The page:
That’s why Lady Doctor made that remark
If my girls were older I would have already left that guy.
Well, then where do I go?
Last week, I...
So what! Have you seen the good husband she got? ...
That one who killed himself

During the years of 2009 and 2010 I frequently had an audio recorder with me to capture sounds for a new piece called I-X-Herculean. I captured sounds of traffic, machines, nature, made field recordings while traveling or just made a walk. In one of these travels through Portugal I was recording the train that started in Coimbra station when a woman sitting near me started this talk. She was speaking to a close friend through the mobile phone. I was involved in a drama. Probably, she would not have such a talk with an unknown person, but the fact that she had this device in her hand created a kind of invisible room separating her from the rest of the wagon.
This made me think of the way technology transforms our relation to public and private life. Richard Sennett refers to the tyranny of intimacy to describe the changes during the 19th Century of public and private life. Freedom and individuality as symbolic power becomes more and more important. The emergence of the Internet and Media has possibly increased this phenomenon. This can be observed in mainstream television programs like Big Brother: it abolishes the frontiers between private and public space, bringing trivial dally life and intimacy into the public space. One of the most interesting phenomena as a case study is the YouTube "most seen" videos: daily situations turned into mass phenomena, banality feeding voyeurism.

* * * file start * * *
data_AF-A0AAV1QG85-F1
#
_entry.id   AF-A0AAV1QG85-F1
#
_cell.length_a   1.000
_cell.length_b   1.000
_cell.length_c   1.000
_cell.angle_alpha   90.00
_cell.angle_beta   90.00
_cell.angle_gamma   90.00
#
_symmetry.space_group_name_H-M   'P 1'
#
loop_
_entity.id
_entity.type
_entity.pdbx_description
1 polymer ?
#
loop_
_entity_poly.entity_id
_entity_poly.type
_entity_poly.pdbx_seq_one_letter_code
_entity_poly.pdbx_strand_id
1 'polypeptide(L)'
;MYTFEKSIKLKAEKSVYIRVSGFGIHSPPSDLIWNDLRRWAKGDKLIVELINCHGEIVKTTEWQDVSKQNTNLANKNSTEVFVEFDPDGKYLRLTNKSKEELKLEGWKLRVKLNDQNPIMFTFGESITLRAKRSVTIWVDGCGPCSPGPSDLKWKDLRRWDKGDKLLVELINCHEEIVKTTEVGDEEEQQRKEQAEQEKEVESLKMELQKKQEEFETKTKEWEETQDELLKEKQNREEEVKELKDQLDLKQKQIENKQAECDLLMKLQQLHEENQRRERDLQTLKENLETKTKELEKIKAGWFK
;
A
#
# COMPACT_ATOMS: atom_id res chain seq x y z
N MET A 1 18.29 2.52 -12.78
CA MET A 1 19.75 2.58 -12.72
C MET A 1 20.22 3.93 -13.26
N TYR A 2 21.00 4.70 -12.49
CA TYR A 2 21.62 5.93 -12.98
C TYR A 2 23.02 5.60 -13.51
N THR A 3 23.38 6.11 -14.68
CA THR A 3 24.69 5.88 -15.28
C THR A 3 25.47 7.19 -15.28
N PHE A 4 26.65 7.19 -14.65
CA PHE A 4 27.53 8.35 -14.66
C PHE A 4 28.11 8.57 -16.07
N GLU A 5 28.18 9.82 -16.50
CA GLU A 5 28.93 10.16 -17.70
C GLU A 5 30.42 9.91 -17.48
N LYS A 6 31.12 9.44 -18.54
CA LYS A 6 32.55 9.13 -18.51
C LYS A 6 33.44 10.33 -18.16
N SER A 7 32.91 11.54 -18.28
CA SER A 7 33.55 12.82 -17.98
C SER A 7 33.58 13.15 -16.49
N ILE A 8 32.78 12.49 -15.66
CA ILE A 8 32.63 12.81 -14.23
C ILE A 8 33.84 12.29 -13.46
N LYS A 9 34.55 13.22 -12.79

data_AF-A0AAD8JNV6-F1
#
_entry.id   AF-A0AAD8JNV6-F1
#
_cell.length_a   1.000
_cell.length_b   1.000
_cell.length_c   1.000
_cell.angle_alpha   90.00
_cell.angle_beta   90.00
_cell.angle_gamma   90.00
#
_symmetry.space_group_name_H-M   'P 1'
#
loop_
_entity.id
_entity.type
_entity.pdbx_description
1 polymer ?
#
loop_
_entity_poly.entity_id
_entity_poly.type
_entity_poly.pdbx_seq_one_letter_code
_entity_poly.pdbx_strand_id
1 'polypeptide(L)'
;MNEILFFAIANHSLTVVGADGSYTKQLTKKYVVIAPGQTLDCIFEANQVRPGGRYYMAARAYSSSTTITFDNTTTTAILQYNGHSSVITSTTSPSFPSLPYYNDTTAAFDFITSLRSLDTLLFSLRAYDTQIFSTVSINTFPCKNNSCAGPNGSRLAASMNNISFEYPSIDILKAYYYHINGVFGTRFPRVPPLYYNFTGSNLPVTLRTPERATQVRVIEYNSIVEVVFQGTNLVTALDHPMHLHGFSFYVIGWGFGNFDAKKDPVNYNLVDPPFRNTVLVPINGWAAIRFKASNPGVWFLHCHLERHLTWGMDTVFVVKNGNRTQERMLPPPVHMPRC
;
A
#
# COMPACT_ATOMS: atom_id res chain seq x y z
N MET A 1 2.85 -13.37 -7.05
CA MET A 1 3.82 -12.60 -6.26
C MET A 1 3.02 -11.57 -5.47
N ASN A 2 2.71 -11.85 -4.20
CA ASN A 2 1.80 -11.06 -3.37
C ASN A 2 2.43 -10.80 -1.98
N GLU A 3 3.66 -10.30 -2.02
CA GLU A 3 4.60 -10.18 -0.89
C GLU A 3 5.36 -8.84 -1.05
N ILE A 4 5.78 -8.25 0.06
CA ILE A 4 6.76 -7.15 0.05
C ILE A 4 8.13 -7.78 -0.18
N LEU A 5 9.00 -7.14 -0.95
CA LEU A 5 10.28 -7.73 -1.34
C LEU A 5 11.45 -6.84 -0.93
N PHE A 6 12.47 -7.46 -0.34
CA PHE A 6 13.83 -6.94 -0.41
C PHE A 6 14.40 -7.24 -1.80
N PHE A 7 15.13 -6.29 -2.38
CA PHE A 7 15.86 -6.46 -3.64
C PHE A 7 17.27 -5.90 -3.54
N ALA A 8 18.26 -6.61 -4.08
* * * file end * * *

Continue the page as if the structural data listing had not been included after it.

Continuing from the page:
All these aspects of the "real" bring up a challenge when confronted with abstract sound sources. The idea of Caffeine is to work with instrumental and electronic resynthesis of these sounds: YouTube-Videos, daily casual recordings, field recordings. The resynthesis is a method I have been using to transcribe and create an interpretation of sounds. These objets trouvés are analyzed and transformed into instrumental or electronic music. In Caffeine these sounds are also used due to their semantic content.

[Picture: Mircea Cantor]

Download Score